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What's Up Magazine

Chart House's Crispy Spring 
Oysters Recipe

Aug 18, 2014 09:00AM ● By Cate Reynolds
By Kimberly Cooper • Photography by Tony Lewis, Jr.
Chart House • 300 2nd Street, Annapolis • 410-268-7166 •

Image titleThere are many elements that make a good chef. Skill, of course, and a keen knowledge of the kitchen’s inner workings. But the main element that takes a chef from average to excellent is passion. Executive Chef Chris LaCasse at the Chart House in Annapolis is certainly not lacking in the passion department. An inspired chef with a knack for delicious seafood, LaCasse shares with us his views on running a tight ship, his favorite foods, and his recipe for Crispy Spring Oysters.

How did you come to work for the Chart House? How did you know you’d want to be a chef?

I got a job working for Charley’s Crab, part of the Landry’s Inc. family, along with Chart House, in West Palm Beach through a friend that was in culinary school with me at the time. I then transferred to the Chart House concept and worked my way up through the ranks. I didn’t always know I wanted to be a chef, but when I found my passion for food and cooking, I gave it a shot and it came to me easier than other jobs had in the past. It was meant to be even if I didn’t know it.

How often is the menu changed at the Chart House? Is there a particular dish that customers always seem to request?

We have some staples on the menu that would cause quite a stir if we took them off such as the slow roasted prime rib, macadamia crusted Mahi, and the crab, avocado, and mango stack. We try to keep it fresh and seasonal with new and rotating items every couple of months. We also have regional specialties that feature seafood from the Chesapeake Bay and other local ingredients; one example would be our Chesapeake seafood stew.

What do you view as more important and why: local or organic foods?  

If I could only choose one, I would pick local. Everything tastes better when it is fresh and the less distance an ingredient has to travel to make it to my kitchen, the better it is when I serve it to our guests.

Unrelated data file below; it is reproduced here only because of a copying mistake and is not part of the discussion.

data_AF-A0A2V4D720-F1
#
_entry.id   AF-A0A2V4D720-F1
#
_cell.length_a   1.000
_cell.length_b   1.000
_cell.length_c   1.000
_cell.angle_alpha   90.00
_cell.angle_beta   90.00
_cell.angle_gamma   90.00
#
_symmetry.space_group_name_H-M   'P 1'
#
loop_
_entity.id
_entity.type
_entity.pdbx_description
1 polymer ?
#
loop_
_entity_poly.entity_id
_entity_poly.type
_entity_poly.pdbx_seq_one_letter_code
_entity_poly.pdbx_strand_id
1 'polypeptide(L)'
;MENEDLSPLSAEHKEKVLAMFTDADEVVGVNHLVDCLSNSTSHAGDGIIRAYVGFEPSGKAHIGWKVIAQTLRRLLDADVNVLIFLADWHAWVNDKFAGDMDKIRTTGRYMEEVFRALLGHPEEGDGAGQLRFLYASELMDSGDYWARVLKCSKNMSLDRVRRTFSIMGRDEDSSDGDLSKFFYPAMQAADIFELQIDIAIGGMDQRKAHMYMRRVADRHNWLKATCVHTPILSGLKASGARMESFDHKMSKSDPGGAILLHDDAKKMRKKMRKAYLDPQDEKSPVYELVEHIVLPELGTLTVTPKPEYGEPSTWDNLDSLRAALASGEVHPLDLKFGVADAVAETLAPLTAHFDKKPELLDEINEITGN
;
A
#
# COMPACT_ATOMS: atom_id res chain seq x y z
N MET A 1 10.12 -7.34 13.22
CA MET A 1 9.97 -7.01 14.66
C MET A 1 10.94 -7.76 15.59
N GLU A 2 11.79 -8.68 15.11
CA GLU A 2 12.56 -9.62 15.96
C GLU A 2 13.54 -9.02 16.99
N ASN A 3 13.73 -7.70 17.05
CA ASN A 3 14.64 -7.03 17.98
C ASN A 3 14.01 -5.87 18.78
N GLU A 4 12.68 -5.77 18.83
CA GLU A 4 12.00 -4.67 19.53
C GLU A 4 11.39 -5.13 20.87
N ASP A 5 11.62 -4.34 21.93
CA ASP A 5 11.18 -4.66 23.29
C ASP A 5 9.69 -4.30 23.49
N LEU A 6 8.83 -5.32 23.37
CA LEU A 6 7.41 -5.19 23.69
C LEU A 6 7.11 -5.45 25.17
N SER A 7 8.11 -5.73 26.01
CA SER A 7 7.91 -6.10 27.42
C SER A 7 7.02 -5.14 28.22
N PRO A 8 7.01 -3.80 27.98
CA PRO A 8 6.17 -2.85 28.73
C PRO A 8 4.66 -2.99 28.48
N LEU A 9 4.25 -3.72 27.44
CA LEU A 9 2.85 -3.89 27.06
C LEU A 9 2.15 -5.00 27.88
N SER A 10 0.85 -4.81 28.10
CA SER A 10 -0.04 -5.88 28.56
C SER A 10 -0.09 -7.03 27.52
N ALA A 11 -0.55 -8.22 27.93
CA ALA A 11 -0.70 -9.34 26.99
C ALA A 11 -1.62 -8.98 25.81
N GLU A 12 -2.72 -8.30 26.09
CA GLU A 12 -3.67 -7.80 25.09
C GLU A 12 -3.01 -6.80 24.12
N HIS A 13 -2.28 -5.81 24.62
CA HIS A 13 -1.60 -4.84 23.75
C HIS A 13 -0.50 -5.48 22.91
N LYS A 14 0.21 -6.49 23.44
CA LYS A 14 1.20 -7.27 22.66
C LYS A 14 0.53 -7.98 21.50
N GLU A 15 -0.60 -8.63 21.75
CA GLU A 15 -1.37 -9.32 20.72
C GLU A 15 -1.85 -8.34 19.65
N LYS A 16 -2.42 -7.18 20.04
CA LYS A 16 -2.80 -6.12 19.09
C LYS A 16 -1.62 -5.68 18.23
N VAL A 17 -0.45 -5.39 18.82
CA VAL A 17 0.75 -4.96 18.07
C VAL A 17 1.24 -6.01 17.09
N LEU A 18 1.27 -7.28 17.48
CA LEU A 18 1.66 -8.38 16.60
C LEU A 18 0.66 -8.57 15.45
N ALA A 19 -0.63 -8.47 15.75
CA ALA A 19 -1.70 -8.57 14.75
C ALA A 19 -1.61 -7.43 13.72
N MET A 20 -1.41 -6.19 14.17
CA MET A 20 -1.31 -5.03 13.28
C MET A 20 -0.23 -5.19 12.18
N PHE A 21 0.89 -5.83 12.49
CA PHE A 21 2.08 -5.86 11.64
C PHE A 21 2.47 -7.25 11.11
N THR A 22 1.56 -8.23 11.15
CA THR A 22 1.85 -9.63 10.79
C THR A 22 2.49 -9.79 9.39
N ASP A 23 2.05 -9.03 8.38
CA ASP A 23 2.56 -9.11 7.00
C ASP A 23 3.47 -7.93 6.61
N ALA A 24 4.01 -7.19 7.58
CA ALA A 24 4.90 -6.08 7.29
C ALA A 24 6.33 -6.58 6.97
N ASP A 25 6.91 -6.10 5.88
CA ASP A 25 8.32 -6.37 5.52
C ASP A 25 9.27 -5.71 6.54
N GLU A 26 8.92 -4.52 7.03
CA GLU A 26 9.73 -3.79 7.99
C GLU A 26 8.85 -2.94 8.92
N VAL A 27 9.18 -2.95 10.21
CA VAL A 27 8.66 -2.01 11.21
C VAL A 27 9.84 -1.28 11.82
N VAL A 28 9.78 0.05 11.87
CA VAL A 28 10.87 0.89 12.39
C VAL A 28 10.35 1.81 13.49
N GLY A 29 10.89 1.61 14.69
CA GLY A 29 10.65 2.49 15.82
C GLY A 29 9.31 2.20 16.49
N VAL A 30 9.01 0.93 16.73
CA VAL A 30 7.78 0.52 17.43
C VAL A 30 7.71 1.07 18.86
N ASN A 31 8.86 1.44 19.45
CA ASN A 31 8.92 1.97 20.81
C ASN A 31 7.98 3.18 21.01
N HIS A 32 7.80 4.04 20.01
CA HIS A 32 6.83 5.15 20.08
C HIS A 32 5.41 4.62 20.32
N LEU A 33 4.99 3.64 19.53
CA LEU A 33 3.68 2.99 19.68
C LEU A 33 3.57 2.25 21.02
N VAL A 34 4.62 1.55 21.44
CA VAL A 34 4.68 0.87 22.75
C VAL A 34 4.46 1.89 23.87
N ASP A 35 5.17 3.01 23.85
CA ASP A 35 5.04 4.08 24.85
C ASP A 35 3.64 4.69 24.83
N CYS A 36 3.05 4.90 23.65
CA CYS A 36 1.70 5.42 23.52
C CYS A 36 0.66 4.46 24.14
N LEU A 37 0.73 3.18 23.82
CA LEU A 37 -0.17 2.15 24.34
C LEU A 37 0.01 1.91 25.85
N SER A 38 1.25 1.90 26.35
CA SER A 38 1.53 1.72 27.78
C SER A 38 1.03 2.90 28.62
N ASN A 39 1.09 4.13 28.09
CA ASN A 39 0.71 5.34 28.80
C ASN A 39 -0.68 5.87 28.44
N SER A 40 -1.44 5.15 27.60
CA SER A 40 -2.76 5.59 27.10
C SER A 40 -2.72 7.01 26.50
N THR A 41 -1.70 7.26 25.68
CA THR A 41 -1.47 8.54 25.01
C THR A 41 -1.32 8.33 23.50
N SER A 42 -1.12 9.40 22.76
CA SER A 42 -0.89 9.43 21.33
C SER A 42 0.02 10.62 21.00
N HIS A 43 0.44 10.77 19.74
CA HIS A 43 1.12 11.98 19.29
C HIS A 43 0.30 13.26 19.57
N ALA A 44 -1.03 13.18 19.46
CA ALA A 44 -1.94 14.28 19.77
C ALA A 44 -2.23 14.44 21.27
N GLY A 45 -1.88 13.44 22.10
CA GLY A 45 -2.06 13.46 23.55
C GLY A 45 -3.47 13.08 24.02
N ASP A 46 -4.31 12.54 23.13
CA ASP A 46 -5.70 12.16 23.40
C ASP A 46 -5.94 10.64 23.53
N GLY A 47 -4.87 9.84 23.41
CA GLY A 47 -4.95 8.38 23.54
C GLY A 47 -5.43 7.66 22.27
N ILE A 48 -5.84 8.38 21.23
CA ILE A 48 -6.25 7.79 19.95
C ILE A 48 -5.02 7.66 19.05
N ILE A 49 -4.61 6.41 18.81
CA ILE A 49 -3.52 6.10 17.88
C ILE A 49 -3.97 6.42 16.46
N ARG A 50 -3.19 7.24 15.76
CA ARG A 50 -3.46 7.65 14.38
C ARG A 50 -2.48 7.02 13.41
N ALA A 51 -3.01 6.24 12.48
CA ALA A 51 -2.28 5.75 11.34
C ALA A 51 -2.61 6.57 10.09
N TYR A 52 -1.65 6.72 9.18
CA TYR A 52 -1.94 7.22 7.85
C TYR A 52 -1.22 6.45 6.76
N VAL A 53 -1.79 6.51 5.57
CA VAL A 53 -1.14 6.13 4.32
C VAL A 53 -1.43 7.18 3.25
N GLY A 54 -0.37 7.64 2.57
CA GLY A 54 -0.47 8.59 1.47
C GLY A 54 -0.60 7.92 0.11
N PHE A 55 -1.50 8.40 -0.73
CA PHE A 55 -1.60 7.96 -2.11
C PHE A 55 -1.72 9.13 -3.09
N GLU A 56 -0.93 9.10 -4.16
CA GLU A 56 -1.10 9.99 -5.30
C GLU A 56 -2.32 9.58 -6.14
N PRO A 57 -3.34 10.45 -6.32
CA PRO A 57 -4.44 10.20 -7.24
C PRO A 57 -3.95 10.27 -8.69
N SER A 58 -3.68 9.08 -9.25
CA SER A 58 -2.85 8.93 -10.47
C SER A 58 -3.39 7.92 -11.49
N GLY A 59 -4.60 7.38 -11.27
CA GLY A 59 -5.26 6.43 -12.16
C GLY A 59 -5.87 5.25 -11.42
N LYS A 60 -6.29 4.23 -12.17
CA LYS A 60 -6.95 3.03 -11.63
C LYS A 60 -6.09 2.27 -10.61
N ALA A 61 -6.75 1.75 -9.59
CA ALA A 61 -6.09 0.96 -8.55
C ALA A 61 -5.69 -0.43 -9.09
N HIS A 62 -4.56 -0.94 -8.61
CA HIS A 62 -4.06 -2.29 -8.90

What do you think is the most important tool in the kitchen? What are the elements that make a kitchen run smoothly?

The product. You can have the best knives, gadgets, staff, and equipment available; but if your ingredients aren't fresh and of a good quality nothing can make them taste good.

For a kitchen to run smoothly you have to start by hiring people who care. You can teach someone how to perform a task, but you can’t teach them to care. We form a great team of people that care and understand that training never ends; there is always something new to learn.

How did this dish originate?

This particular dish is one of our Springtime Fare menu items and it was created by a fellow chef, Stephanie Klos, from our Longboat Key location. She is a 10-year veteran of Chart House and a member of our culinary counsel. She has been experimenting with different slaws and thought this one would pair very well with oysters.

What wine or drink pairs best?  

I would sip some bubbly Prosecco or, if you prefer beer, a hoppy IPA would be very nice.

What is the most important step when cooking it?

After picking fresh oysters you want to make sure to treat them right. Use clean oil and make sure the oyster is cooked until it is crisp and then you drain the excess oil.


Chart House Crispy Spring Oysters Recipe

  • 12 Freshly shucked local oysters (reserve shells for plating)
  • 3 egg whites lightly beaten (add more as needed)
  • Seasoned all-purpose flour (as needed, seasoned with salt and black pepper)
  • 12 oz. Marinated slaw (see recipe)
  • 6 Tbs. Sriracha BBQ Sauce (see recipe)
  • 1 julienned watermelon radish (sliced 1/16” and fine julienned 1/8”)
  • Creole seasoning
  • Blue rock salt (for plating)
Assembly Procedure
Dip oysters in egg whites, shake off excess egg whites, and individually dredge well in seasoned flour. Fry in batches in a 325-degree fryer until very crisp (approx. 1 to 2 minutes), then transfer a paper towel-lined dish to absorb excess grease. Sprinkle several pinches creole seasoning over the oysters.

To Plate
Spread rock salt on desired serving platter and evenly space oyster shells in the salt. Place 1 oz. Marinated Slaw in each oyster shell and place one crispy oyster on the slaw. Top each oyster with ½ Tbs. Sriracha BBQ sauce and two pieces julienned Watermelon radish.

Marinated Slaw
  • ¼ cup Cabbage slaw mix (red & green cabbage, red onions, and carrots, packaged is fine)
  • ½ cup roasted corn kernels
  • ½ cucumber, peeled, seeded, and diced finely
  • 1 oz. fresh cilantro finely chopped
  • ¼ cup mild banana pepper rings, drained and diced finely
  • ½ Tbs. chopped garlic
  • ¾ tsp granulated sugar
  • 1/8 tsp ground cumin
  • 1/8 tsp red pepper flakes
  • 2 Tbs. olive oil
  • 2 Tbs. mirin (sweet rice wine vinegar)
  • Salt & pepper to taste
In a mixing bowl, combine all ingredients and toss well to combine.

Sriracha BBQ Sauce
  • 2 Tbs. white wine vinegar
  • ½ tsp granulated sugar
  • ¾ cup mayonnaise
  • 1 Tbs. creole mustard
  • 1 Tbs. Sriracha chili sauce
  • Salt & pepper to taste
In a mixing bowl, mix vinegar and sugar until sugar is dissolved. Add remaining ingredients and mix until thoroughly incorporated. Recipe yields 1 cup (remaining sauce can be covered and stored for one week).